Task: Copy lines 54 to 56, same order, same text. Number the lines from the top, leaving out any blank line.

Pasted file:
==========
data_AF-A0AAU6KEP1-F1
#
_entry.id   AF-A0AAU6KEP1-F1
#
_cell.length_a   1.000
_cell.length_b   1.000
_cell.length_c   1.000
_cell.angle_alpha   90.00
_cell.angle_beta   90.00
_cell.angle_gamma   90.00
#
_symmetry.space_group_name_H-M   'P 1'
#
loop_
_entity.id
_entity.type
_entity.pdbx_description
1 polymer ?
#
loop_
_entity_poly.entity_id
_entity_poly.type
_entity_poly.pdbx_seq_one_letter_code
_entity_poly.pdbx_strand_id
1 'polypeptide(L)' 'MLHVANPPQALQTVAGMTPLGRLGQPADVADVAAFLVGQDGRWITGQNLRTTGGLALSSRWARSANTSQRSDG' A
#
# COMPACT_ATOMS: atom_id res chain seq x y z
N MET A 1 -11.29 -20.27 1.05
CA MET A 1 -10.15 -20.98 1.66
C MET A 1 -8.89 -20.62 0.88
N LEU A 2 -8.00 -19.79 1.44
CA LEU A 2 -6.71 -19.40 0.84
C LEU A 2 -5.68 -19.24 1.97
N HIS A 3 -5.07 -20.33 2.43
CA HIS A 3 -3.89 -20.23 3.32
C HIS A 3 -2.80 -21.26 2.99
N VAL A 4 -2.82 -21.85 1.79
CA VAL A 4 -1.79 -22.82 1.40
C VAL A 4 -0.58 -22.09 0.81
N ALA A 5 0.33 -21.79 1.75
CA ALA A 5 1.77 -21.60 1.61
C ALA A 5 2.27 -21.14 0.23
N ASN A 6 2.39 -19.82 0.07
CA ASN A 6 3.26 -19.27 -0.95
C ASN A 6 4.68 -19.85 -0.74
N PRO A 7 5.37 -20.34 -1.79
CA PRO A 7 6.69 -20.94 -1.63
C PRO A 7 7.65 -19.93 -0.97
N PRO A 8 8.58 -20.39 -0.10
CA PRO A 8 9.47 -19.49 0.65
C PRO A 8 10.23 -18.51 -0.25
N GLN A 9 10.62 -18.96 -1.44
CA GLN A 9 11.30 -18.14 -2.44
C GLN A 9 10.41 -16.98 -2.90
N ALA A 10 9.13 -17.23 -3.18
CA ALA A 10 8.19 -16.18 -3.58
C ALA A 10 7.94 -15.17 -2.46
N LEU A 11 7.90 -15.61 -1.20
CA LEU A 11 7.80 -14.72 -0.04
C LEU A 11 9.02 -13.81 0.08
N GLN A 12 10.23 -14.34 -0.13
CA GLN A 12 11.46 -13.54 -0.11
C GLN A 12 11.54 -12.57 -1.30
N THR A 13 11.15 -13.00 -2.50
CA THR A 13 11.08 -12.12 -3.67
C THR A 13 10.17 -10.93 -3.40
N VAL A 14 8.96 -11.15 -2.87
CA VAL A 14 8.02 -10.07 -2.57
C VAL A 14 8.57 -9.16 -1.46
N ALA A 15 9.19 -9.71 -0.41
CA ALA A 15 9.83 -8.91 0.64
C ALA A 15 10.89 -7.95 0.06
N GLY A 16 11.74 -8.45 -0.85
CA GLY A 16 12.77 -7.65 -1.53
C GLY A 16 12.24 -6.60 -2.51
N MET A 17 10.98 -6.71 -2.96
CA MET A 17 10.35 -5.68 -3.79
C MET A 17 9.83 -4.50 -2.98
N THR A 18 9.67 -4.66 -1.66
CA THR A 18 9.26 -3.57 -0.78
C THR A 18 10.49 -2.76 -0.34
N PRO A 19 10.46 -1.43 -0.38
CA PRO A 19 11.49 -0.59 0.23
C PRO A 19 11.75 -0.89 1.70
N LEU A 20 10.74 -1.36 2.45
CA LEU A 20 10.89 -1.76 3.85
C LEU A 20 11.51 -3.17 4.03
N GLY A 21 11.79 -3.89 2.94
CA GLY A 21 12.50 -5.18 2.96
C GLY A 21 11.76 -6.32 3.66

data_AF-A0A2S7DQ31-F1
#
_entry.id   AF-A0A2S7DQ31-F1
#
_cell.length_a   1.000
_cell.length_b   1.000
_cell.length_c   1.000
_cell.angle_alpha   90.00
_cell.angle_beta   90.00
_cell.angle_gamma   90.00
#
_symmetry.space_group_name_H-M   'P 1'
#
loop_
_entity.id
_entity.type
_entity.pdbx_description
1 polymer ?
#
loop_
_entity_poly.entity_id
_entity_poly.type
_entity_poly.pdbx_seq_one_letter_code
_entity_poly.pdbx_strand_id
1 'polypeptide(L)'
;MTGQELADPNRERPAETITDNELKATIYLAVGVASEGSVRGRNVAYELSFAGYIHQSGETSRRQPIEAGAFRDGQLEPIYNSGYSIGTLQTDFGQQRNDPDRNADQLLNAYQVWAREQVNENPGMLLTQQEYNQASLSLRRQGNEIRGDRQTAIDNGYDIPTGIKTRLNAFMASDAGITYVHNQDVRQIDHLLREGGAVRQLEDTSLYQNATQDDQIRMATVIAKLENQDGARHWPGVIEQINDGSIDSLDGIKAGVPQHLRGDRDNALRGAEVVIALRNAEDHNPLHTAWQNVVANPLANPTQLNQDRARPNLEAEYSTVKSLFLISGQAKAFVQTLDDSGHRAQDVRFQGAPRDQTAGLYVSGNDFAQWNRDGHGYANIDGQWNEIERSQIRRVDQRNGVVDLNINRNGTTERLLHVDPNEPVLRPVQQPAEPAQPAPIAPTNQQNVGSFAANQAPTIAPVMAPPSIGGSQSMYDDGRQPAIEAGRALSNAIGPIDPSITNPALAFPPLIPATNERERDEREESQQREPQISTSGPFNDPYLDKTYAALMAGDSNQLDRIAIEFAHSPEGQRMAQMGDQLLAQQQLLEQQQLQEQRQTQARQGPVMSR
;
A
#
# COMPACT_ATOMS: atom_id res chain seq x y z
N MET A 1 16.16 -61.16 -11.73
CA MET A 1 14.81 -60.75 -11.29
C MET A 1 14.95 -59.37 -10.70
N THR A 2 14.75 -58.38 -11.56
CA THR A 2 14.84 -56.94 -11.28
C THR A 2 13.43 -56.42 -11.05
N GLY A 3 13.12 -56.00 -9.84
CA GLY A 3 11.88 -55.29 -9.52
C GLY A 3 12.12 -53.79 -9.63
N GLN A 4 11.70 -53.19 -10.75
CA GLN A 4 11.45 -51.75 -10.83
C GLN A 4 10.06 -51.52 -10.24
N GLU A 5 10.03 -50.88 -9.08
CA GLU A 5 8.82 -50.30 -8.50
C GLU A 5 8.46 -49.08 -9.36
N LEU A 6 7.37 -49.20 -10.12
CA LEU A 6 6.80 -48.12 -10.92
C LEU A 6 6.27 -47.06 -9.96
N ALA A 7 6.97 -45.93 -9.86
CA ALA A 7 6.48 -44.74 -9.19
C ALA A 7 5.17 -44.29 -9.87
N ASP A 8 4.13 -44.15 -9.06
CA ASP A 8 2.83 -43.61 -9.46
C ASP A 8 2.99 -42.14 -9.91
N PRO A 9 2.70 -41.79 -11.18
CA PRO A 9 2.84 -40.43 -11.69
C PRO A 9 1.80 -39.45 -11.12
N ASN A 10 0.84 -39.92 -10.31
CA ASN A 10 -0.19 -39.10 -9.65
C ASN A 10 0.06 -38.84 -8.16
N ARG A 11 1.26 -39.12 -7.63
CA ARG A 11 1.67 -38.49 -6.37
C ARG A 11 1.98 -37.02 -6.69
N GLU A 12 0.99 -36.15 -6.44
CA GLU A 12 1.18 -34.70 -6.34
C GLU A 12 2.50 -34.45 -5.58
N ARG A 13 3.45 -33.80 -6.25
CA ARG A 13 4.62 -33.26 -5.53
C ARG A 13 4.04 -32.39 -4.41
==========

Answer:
C GLN A 9 10.41 -16.98 -2.90
N ALA A 10 9.13 -17.23 -3.18
CA ALA A 10 8.19 -16.18 -3.58